Natalie Grange
May 15, 2014 Natalie Grange rated it did not like it
Ehh. The beginning seemed promising, but by the end I just wanted to smack all the selfish characters. I should have put this book in the give away bag before I opened it up.
Barbara
Oct 22, 2016 Barbara rated it really liked it
Liked. Can't remember much about. But, did.
Jess
Jun 27, 2012 Jess rated it really liked it
Recommends it for: Mother and daughters, book clubs
Shelves: funny
This was definitely one of those books that lies on your shelf until you almost give it away, then when you take the time to read it, it surprises the heck out of you.

The novel begins with Roz Rosenzweig, a snarky and cynical New York Jew, crawling on her hands and knees outside of her friend's apartment for a key in the bushes, where she meets her future husband, the Nebraska-born Edwin Anderson. Roz is no-nonsense and doesn't take anything too seriously, including, at first, Edwin. But Edwin's
...more
Jaclyn
Sep 11, 2009 Jaclyn rated it did not like it  ·  review of another edition
Recommended to Jaclyn by: found it on the library shelf
This review has been hidden because it contains spoilers. To view it, click here.
Mike
Oct 19, 2014 Mike rated it liked it
[Actually I would give this three-and-a-half stars if the system allowed such finer levels of delineation.] This book turned out to be an unexpected surprise and pleasure. I simply found it at random, by chance, on the shelf at the library, and decided to check it out and give it a try. I'm glad I did. No doubt the author's distinctive, unusual, rare and very unique, intriguing first name drew me in as well. I've never before come across anyone named Thisbe. (The author, by the way, is another ...more
Margaret
Aug 12, 2012 Margaret rated it liked it
Roz and Edwin are an unlikely match. She is an outgoing, Jewish, Manhattan girl four years older than Edwin. Edwin is quiet, Protestant and Nebraska-born. But they complement each other in spite of those differences and manage to work through their marriage until their daughter, Miranda, enters fifth grade. After a fairly amicable divorce, Miranda and Roz wend their way through the mother-daughter relationship as they tell each other everything, keep secrets from each other, lean on each other, ...more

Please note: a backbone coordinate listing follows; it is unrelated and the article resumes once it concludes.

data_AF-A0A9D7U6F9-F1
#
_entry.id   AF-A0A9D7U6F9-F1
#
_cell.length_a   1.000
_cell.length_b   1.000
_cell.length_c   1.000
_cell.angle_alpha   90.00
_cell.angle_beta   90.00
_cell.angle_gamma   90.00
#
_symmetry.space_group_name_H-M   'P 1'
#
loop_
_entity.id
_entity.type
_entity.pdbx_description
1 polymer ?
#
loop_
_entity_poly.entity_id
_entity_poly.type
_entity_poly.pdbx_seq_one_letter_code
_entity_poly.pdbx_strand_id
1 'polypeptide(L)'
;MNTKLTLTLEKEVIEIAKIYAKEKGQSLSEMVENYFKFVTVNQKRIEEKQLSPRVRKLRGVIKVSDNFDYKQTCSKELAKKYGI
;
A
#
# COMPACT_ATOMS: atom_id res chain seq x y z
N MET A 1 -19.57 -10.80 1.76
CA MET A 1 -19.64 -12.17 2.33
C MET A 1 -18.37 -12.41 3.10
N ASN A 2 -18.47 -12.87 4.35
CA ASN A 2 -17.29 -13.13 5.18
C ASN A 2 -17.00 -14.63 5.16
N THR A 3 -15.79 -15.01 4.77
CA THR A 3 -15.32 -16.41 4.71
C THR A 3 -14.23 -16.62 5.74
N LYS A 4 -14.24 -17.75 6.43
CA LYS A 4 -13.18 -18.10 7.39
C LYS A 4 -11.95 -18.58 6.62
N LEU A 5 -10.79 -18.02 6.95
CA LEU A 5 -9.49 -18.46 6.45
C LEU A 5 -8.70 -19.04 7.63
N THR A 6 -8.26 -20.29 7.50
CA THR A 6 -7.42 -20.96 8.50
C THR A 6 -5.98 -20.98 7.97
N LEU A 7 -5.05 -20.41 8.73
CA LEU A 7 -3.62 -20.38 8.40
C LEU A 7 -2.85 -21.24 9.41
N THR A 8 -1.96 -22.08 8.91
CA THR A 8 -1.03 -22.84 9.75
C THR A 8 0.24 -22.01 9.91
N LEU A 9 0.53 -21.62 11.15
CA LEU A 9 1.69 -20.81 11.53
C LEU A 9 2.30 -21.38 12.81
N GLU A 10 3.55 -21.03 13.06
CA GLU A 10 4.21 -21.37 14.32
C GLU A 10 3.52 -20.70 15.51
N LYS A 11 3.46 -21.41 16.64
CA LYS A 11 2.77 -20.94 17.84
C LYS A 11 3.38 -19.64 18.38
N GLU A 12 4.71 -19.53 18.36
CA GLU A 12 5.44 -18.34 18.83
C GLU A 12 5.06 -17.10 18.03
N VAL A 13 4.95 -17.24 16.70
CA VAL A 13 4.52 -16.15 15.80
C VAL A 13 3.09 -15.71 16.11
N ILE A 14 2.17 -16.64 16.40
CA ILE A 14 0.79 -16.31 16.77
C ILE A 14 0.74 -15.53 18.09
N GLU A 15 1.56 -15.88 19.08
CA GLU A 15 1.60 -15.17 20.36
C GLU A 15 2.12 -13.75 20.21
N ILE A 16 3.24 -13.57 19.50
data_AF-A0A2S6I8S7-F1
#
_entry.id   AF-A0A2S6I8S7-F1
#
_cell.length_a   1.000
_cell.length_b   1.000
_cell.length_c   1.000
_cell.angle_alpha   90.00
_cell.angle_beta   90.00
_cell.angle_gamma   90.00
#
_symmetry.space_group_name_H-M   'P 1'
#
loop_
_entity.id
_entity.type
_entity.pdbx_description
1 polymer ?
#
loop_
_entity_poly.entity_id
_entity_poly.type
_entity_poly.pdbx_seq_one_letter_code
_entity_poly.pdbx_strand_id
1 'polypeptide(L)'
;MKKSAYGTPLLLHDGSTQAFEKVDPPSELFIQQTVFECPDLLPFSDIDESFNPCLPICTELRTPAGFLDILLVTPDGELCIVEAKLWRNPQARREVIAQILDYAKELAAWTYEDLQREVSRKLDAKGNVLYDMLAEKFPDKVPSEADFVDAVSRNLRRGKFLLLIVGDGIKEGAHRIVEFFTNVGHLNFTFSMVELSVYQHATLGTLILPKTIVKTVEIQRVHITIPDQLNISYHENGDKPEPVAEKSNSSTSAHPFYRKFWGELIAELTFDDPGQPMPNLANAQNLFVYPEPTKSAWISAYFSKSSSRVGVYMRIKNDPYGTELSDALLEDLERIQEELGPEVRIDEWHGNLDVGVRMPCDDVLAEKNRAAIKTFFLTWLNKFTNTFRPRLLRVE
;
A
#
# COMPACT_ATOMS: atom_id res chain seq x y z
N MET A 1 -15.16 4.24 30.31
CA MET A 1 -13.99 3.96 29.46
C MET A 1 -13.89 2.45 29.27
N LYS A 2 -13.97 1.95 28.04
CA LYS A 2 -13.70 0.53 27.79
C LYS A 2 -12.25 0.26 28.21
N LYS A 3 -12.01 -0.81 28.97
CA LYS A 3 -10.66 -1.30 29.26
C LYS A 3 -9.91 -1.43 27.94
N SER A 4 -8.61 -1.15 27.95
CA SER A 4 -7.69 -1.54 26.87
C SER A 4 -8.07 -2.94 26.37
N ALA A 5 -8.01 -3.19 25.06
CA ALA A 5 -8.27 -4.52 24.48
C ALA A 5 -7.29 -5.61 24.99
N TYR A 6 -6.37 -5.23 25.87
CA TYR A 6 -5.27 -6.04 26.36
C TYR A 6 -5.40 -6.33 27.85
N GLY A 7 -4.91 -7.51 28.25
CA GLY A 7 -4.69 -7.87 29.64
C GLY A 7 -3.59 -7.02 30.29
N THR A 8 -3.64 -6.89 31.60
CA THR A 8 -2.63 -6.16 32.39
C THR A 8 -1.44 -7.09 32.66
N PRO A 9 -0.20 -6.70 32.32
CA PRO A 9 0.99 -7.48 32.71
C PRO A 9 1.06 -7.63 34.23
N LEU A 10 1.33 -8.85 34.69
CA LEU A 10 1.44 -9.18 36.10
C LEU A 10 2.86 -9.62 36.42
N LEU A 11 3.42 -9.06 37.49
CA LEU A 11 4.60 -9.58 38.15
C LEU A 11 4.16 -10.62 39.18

Jenny
Apr 22, 2009 Jenny rated it really liked it  ·  review of another edition
A really enjoyable read, with great insight into what it's like to grow up in New York (I think), as well as an accurate portrayal of a mother-daughter relationship, and of friendships and other relationships as well. The author does a skillful job of covering a lot of ground, time-wise, and the characters seem authentic at every age: Miranda at twelve is different from Miranda at 15 and from Miranda at 18. Though we stay with Miranda and Roz throughout the story, other characters (with the ...more
Risa
Apr 28, 2013 Risa rated it liked it  ·  review of another edition
A fast-paced book with some insightful moments. I bought it because one of my favorite authors, Elinor Lipman, gave it such an enthusiastic blurb. Not sure it hangs together in the end, and my guess is that one's overall reaction to it will have much to do with where one is in one's one life at the moment. To wit: I loved the mother; the teenage daughter who takes over the narrative midway through - I wanted to just shake her and shout, "Get Over Yourself! Stop being so self-involved and so rude ...more